You Thought Male Sexuality Was Only About A Great Ejaculation?

by | Apr 13, 2010 | Sexual Growth

Guys are surprised to learn that male sexuality isn’t really only about ejaculations, though most of us feel most sexual when we’re aroused and come. Our sexuality is most powerfully and profoundly projected through our relationships — with ourselves, with our lovers and with God as we understand.

If you think that male sexuality is only about the physical sensation of orgasm and ejaculation — think again. Do you remember the weird feelings you had when you first became aware of your male sexuality? Most guys have a storm of emotions when they first learn of their sexual side: thrill, curiosity, anticipation, pride, confusion, guilt, fear and even depression. The storm only abates from time to time returning in different ways throughout life.

So what? If male sexuality is accompanied by all of these wildly thrilling and sometimes absolutely frustrating emotions, it must follow that the purpose of our sexuality goes much deeper than just reproduction, a wild orgasm and satisfying ejaculation. Definitely deeper.

Male Sexuality and Ejaculation — It’s Not Just an Orgasm Any More

The emotions which accompany male sexual thoughts, habits and activities are a clue that a guy’s sexuality is a huge part of relationship, not just an add-on. So all the physical pleasure that comes with sexuality isn’t the end or even the beginning; it’s all part of the romance in the three most important relationships of our lives: relationship with one’s self, one’s wife and God.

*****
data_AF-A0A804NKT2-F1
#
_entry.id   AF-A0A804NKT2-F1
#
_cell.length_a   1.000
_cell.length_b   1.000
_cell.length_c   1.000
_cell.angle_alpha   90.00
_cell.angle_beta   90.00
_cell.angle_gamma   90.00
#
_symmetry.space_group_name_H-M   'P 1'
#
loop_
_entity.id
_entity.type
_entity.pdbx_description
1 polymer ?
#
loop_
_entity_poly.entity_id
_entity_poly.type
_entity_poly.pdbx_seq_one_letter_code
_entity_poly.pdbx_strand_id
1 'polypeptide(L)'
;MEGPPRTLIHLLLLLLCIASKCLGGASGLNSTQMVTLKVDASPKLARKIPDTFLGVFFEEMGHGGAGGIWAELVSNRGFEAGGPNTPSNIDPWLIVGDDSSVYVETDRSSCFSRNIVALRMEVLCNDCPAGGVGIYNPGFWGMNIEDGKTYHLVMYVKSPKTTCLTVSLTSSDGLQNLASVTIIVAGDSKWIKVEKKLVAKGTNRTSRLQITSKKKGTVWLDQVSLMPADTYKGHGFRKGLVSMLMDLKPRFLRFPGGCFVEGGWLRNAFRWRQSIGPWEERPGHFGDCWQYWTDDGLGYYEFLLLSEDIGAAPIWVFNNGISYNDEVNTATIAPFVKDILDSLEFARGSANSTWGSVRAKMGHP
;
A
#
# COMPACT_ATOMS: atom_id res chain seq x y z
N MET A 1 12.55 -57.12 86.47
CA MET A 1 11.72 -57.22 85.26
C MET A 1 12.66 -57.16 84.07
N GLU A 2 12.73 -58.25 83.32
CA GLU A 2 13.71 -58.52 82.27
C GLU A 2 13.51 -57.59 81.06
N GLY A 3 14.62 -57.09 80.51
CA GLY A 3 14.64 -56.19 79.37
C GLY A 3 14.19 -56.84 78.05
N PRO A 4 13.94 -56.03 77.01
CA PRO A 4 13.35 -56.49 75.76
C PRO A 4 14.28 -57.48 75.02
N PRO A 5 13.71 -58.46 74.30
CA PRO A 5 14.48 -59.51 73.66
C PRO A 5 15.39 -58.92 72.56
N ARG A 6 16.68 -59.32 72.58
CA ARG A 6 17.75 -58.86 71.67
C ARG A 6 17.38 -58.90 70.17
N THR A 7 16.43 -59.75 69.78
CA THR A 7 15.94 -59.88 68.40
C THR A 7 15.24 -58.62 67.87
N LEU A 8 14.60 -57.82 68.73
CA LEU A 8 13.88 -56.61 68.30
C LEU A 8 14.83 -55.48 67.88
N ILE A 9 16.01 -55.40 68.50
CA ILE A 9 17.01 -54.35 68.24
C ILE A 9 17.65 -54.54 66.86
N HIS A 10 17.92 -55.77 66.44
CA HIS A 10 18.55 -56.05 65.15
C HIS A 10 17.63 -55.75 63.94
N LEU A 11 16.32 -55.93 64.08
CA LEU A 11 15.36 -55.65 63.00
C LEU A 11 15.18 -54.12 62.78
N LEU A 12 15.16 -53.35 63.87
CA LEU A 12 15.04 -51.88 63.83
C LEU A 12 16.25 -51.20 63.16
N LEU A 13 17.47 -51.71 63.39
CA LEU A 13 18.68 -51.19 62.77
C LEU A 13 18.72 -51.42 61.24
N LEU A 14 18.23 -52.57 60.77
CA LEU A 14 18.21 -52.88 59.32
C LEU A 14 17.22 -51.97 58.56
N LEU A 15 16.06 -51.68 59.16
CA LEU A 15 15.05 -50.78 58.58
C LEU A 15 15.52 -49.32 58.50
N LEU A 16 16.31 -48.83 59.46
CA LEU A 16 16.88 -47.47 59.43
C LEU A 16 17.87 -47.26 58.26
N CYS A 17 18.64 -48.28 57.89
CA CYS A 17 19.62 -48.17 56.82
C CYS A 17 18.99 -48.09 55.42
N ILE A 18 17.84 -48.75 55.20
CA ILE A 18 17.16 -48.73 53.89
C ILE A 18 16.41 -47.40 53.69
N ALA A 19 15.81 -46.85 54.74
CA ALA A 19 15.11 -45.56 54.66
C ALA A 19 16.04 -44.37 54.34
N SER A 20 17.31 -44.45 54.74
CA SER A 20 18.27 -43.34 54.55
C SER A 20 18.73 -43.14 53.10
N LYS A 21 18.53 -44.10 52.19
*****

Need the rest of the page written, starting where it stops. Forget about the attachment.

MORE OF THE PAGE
Romancing the Stone — That’d Be You!

There’s a novel idea — a relationship with yourself! It’s not so far out when you give it two minutes of thought. Consider this: Are you ever frustrated with yourself? Proud of yourself? Admire yourself? Reward yourself? These are all clues that we really do have a relationship with ourselves. A man’s physique and emotional sexual tendencies lend themselves to a really lively sexual relationship with himself whether he’s young, old, single or married.

Historically, society frowned on this idea and went to great effort to suppress a man’s sexuality resulting in enormous guilt, but fortunately people are beginning to understand that a man who acknowledges his sexuality and is matter-of-fact about it, whether single or married, is healthier emotionally and physically, has a better self-image, and when married, is more confident and secure in his marriage.

What guy doesn’t check out his physique in the mirror, stand astounded at the sight of his erection or treat himself to some time alone to masturbate? Guys are incredibly designed for solo sex–very convenient, very neat. Sure, some guys don’t, but then they’re not likely reading this and they’re not much interested in growing more confident in themselves and becoming sexually fulfilled.

Any teenager will tell you he has a relationship with his penis. He tries to get it to cooperate, but it seldom does. It grows hard at the craziest times. But live a few years and you find that this relationship is more than one with uncooperative genitals; it’s all tied up in self-acceptance and becoming a full, integrated person. The guy who doesn’t live in a sexual relationship with himself, has allowed part of his manhood to grow dormant and has abandoned the first relationship of his male sexuality.